The Relationship between the Passover and the Mass: Catholic and Protestant Understandings.

D Peter Burrows FAITH Magazine May-June 2007

In recent times there has been a tendency in the Catholic Church towards a misunderstanding of the relationship between the Mass and the Jewish Feast of Passover. It is a tendency suggestive of a Protestant mind-set. I speak here of a misunderstanding of the relationship rather than the actual relationship of the two; unquestionably the Christian and the Jewish liturgies are related.

The Gospels and the testimonies of St. Paul, together with the ancient liturgical and theological recollections of the Church make it unmistakable that the events of Holy Week culminating in Easter happened at the Feast of the Passover with its attendant feasts of Unleavened Bread and the Pentecost coupled by the counting of the omer. This is not an historical accident, but a matter of divine plan. Yet we must ask just what about the Passover makes it the particular Jewish (or Judean) feast that offers the appropriate grounding for all that we Catholics understand about Jesus and the Sacrifice of the Mass.

No Sacrifice in Reformed Passover

This writer and family have had the great joy of celebrating the Passover some five or six times[1]. These were times of great mystery and profound joy. We "belonged" at those times to some life that transcended our ordinary and relatively short individual mundane life-experiences, as did everyone gathered at table,

The Passover table was always set with the usual and often only commemorative items: a dry lamb's shank, a boiled egg, parsley and salt water. There were also some comestibles: unleavened bread (stacked on a silver platter in abundance and covered with a beautiful cloth), sweet red wine (including a cup at the empty chair for Elijah the prophet), moror (very hot horseradish) and charoses (chopped fruits and nuts mixed with wine). These were ceremonial and taken before the normal meal, which was usually a brisket of beef and all manner of Jewish goodies, always mother's specialties and the family's favourites. The elder of the gathering, usually abba (papa) reclined in his large and comfortable chair and directed the events of the evening, events which included prayers, readings, funny andserious songs, a question and answer session, counting the plagues on the Egyptians, and children's games with prizes. The youngest got to ask the special question: "Why is this night different from all others?"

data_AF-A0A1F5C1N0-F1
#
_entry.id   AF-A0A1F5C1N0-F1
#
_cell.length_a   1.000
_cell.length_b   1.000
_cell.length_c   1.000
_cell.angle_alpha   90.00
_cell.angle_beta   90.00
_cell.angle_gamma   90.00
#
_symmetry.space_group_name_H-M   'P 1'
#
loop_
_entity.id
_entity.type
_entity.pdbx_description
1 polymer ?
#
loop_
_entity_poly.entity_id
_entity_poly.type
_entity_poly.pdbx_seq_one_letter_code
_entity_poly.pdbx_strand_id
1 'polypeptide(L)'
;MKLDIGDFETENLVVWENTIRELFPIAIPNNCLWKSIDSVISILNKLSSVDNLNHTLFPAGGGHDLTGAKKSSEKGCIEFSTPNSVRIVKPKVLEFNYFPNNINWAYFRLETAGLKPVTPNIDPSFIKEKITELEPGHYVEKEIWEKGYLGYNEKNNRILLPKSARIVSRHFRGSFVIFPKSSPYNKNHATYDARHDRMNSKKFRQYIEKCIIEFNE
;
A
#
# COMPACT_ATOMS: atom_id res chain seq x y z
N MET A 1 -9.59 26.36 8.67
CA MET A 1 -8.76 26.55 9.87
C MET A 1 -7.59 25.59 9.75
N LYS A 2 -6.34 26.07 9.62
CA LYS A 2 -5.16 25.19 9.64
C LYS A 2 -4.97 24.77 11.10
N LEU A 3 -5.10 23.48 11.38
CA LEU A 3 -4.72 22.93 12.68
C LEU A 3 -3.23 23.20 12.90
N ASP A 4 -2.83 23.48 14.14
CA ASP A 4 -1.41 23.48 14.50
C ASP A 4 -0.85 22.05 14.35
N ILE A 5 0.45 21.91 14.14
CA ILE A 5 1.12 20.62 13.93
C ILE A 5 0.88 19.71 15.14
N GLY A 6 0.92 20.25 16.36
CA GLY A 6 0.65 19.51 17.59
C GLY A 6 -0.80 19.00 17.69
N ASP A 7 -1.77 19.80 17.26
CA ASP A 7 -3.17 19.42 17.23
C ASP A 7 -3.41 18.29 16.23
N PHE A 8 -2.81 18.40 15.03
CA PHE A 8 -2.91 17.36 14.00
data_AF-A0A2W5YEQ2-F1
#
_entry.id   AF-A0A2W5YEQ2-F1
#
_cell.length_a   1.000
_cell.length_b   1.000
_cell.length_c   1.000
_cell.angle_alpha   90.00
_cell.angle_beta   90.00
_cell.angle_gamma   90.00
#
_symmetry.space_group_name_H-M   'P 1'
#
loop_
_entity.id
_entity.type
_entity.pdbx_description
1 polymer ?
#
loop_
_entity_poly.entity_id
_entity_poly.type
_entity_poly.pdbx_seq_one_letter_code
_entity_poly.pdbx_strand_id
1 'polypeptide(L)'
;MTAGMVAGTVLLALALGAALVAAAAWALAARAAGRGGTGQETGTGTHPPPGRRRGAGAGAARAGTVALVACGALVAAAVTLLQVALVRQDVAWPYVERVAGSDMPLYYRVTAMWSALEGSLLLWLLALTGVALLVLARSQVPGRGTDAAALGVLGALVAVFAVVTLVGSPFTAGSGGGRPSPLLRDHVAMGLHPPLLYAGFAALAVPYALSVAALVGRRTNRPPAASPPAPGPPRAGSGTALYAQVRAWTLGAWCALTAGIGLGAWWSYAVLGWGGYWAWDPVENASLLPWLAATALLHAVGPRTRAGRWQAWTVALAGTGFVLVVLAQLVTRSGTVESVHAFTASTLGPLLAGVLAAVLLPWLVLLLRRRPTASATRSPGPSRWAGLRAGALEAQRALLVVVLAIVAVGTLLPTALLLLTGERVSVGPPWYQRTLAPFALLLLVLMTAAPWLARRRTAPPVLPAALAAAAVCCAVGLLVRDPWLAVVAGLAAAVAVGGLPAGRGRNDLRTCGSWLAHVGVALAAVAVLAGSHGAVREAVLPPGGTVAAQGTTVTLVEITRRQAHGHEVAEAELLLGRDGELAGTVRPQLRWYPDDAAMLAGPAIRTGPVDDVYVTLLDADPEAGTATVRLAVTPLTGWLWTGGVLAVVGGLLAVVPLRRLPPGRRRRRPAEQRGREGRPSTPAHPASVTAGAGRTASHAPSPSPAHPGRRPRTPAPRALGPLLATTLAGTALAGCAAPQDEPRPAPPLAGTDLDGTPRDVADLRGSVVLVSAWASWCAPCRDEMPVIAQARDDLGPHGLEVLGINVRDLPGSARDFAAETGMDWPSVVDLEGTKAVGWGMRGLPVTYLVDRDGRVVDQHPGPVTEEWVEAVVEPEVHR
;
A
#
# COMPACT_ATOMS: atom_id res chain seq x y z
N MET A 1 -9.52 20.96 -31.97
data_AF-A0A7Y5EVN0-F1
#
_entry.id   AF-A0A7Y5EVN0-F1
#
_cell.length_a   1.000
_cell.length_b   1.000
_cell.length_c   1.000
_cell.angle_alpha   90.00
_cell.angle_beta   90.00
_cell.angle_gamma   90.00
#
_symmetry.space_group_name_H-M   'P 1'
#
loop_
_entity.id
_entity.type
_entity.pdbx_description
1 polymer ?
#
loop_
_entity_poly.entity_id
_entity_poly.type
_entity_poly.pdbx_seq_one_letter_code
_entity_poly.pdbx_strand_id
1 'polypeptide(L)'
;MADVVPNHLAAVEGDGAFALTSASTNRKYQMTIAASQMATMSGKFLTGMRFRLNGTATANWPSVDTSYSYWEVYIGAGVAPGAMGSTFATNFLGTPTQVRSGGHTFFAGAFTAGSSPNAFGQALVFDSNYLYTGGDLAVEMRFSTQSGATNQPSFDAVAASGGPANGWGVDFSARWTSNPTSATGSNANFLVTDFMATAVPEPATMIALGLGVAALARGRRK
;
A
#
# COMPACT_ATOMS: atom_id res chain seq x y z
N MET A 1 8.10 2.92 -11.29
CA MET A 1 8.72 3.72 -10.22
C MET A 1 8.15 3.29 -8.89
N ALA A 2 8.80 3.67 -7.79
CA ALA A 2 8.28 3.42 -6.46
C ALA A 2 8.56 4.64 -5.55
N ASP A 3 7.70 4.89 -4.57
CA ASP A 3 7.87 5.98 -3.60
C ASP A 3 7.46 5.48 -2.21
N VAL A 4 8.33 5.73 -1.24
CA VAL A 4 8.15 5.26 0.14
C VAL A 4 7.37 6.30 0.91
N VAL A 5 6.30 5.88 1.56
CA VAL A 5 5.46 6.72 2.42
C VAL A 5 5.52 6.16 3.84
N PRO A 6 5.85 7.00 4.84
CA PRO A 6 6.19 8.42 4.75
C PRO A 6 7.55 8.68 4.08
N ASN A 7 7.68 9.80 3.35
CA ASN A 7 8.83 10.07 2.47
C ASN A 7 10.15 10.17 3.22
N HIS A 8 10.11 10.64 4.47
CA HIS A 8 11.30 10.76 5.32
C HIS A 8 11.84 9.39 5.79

This table was laid according to Jewish and family traditions that date from some time after the destruction of the Temple in Jerusalem in 70 CE (or AD, if you're so minded). What is important for us Christians is that more than likely Jesus would not have recognised much about this modern table. The Passover table as a feature of the celebration arose many years after Jesus' Ascension and is a product of the later Rabbis' attempt to continue Jewish worship and life after the destruction of the Temple. Clearly, the table is in no way an altar, the meal in no way sacramental and the leader in no way a priest (unless his surname is Cohen or Levy)[2].

Development Further Away From Original Meaning

It was this very lack of sacrament, priest and altar that appealed to the founders of the Reformation and its scholarship, especially its biblical scholarship. They were bound to be rid of priests and their altars and sacraments - and most of all, the whole notion of sacrifice, all of which they found so repugnant in the Roman Catholic Church. Thus the Passover associations of Holy Week and Easter were to them clear evidence that the Catholic Church had perverted the true intention of Scripture (for them, the sole authority).

The sacrificial cults of the Temple with its priests and festivals, also to be found in abundance in Scripture, were naturally a difficulty for these reformers. But not to be frustrated with these facts of Scripture, Reformation scholarship, especially 19th century German scholarship, began a new study of the Old Testament, especially the five books of Moses. It claimed that these scriptures were not a single narrative but a patchwork of literatures from various sources put in the mouths of Moses and the prophets. They called it the Documentary Hypothesis of higher (literary) criticism[3].